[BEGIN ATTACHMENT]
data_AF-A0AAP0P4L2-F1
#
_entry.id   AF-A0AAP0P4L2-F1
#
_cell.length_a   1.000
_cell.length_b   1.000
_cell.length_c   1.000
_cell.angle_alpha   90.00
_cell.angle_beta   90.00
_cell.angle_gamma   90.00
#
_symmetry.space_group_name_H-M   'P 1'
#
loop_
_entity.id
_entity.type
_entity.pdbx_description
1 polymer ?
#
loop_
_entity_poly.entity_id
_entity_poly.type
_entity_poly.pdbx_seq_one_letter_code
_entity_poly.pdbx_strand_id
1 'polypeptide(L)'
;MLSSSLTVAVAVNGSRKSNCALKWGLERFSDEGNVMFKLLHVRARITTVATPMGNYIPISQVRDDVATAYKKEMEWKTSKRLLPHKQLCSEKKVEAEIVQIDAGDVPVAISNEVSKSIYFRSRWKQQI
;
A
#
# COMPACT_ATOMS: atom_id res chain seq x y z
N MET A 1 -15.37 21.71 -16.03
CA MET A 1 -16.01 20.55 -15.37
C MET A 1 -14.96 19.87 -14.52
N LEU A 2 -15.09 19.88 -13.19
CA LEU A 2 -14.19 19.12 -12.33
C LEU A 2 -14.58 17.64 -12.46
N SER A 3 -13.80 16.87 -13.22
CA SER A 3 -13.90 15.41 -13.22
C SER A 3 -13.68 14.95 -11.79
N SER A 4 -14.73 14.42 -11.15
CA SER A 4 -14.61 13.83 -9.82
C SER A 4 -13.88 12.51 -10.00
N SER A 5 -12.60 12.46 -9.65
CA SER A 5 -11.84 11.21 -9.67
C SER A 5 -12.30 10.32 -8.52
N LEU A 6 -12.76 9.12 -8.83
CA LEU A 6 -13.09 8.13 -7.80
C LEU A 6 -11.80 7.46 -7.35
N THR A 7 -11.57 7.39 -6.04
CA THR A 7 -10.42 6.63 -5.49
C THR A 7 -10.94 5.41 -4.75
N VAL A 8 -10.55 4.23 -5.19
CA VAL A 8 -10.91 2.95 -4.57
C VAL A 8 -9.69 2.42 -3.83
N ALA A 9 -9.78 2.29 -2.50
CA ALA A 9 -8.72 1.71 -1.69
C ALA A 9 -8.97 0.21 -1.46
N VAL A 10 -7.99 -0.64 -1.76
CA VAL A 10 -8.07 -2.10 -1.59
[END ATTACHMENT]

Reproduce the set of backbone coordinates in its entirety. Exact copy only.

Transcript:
data_AF-A0AAP0P4L2-F1
#
_entry.id   AF-A0AAP0P4L2-F1
#
_cell.length_a   1.000
_cell.length_b   1.000
_cell.length_c   1.000
_cell.angle_alpha   90.00
_cell.angle_beta   90.00
_cell.angle_gamma   90.00
#
_symmetry.space_group_name_H-M   'P 1'
#
loop_
_entity.id
_entity.type
_entity.pdbx_description
1 polymer ?
#
loop_
_entity_poly.entity_id
_entity_poly.type
_entity_poly.pdbx_seq_one_letter_code
_entity_poly.pdbx_strand_id
1 'polypeptide(L)'
;MLSSSLTVAVAVNGSRKSNCALKWGLERFSDEGNVMFKLLHVRARITTVATPMGNYIPISQVRDDVATAYKKEMEWKTSKRLLPHKQLCSEKKVEAEIVQIDAGDVPVAISNEVSKSIYFRSRWKQQI
;
A
#
# COMPACT_ATOMS: atom_id res chain seq x y z
N MET A 1 -15.37 21.71 -16.03
CA MET A 1 -16.01 20.55 -15.37
C MET A 1 -14.96 19.87 -14.52
N LEU A 2 -15.09 19.88 -13.19
CA LEU A 2 -14.19 19.12 -12.33
C LEU A 2 -14.58 17.64 -12.46
N SER A 3 -13.80 16.87 -13.22
CA SER A 3 -13.90 15.41 -13.22
C SER A 3 -13.68 14.95 -11.79
N SER A 4 -14.73 14.42 -11.15
CA SER A 4 -14.61 13.83 -9.82
C SER A 4 -13.88 12.51 -10.00
N SER A 5 -12.60 12.46 -9.65
CA SER A 5 -11.84 11.21 -9.67
C SER A 5 -12.30 10.32 -8.52
N LEU A 6 -12.76 9.12 -8.83
CA LEU A 6 -13.09 8.13 -7.80
C LEU A 6 -11.80 7.46 -7.35
N THR A 7 -11.57 7.39 -6.04
CA THR A 7 -10.42 6.63 -5.49
C THR A 7 -10.94 5.41 -4.75
N VAL A 8 -10.55 4.23 -5.19
CA VAL A 8 -10.91 2.95 -4.57
C VAL A 8 -9.69 2.42 -3.83
N ALA A 9 -9.78 2.29 -2.50
CA ALA A 9 -8.72 1.71 -1.69
C ALA A 9 -8.97 0.21 -1.46
N VAL A 10 -7.99 -0.64 -1.76
CA VAL A 10 -8.07 -2.10 -1.59